The other thing is maybe you need to react fast. You’re not gonna be able to react fast if all of your processing is in the cloud. Yes. The two of the things we’re trying to solve here aren’t solved by this architecture.
We can solve the same thing and there’s a lot of, um, discussions and momentum around protocol translation gateways. Uh, protocol translation gateway is like C3 period from star wars and knows how to talk to, you know, both mother and robots like R2D2 and also the dehumidifiers who are working in the, in the desert war track. Yeah. So you need to be able to talk to your manufacturing equipment. Um, old school things have wired into boxes backnet and lockless and Zigbee and some of those other protocols and integrate that with the new devices that talk MQTT or MQP over TCP. Like, so the critical translation gateways, they work with that. Microsoft has one with the Iot edge. Uh, there’s work going on, uh, within a consortium organized by Dell, the edge x foundry. His goal is to produce a modular critical translation gateway. But it’s not enough though, just to do the protocol translation at the edge because if you just doing that and you sending everything up into the cloud, you’re still missing out on things.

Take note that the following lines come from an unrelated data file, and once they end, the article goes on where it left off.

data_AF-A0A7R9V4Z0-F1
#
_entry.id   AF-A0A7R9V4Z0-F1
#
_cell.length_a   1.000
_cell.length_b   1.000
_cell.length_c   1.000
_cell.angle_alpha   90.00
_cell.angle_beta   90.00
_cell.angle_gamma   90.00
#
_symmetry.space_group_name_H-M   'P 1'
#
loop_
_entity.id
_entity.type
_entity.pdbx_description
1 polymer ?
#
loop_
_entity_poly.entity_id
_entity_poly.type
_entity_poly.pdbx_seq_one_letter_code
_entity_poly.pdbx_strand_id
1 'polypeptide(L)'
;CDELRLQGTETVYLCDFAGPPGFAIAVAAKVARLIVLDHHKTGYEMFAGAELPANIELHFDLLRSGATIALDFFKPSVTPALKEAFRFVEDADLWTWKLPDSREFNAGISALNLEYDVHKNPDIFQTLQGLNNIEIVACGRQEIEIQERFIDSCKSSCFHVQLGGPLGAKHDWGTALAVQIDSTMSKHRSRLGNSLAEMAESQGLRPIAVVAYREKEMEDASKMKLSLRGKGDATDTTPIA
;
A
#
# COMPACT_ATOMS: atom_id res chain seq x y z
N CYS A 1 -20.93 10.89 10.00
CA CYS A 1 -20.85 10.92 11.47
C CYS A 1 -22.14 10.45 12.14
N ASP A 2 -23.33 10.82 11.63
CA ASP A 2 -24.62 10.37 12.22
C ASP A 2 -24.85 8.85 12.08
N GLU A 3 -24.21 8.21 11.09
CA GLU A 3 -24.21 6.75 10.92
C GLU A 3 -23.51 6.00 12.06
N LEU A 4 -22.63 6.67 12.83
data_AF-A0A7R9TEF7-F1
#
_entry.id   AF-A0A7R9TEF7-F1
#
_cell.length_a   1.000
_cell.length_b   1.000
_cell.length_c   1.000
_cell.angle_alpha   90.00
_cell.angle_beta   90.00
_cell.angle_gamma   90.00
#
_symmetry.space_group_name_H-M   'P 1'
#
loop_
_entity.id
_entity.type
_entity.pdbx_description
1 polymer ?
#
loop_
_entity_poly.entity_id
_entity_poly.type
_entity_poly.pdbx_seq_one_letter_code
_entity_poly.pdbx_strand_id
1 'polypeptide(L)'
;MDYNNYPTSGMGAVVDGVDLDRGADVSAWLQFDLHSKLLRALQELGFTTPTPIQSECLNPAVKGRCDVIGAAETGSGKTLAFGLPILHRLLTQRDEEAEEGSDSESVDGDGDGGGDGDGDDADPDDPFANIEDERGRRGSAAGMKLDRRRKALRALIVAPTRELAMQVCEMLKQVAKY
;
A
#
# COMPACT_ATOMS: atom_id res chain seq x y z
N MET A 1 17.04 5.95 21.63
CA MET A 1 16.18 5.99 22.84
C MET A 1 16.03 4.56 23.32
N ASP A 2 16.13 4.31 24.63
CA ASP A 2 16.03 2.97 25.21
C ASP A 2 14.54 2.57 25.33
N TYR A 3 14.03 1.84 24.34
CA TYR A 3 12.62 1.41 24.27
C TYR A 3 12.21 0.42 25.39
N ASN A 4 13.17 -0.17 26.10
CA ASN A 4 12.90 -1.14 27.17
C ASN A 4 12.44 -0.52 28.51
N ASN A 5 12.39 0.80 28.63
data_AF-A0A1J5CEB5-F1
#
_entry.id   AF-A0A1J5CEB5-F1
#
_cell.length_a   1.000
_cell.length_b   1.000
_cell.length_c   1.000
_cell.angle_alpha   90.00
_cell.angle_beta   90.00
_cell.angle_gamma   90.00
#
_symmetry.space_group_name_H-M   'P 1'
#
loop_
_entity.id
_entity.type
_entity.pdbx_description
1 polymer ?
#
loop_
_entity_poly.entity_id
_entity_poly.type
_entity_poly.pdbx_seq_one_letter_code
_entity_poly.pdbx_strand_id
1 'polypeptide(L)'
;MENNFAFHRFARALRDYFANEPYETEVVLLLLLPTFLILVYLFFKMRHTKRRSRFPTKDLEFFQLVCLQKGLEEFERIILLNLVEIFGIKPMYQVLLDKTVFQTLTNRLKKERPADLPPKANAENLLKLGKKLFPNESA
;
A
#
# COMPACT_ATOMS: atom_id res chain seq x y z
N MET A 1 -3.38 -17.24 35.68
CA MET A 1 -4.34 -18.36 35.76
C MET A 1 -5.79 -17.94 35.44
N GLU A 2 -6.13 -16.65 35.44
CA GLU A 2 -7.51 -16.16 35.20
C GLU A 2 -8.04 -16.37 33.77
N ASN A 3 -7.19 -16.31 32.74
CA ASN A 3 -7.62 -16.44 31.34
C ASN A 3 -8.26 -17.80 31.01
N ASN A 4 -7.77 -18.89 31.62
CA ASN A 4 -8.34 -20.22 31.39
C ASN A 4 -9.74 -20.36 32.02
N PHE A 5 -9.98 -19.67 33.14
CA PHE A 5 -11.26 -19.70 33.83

You’re not doing your analysis quickly and be able to respond rapidly. Um, you don’t have this flexible architecture and you’re sending huge amounts of data over a network instructed that you maybe don’t even need to. So that’s where you start to have to think about, uh, doing edge processing and analytics, um, also within the gateway. And so you can start to do things like, uh, change detection. So instead of sending all the data into the cloud, you only send the data in sucks. Like when it changes with, you know, pings heartbeats to let you know the devices still alive. And so instead of sending the three and a half thousand data points a second from your thermostat or your, um, data points a second from your a turbine, you just send it when it changes. Um, and [inaudible] happy to say that I’m still alive. So you can do that kind of thing at the edge.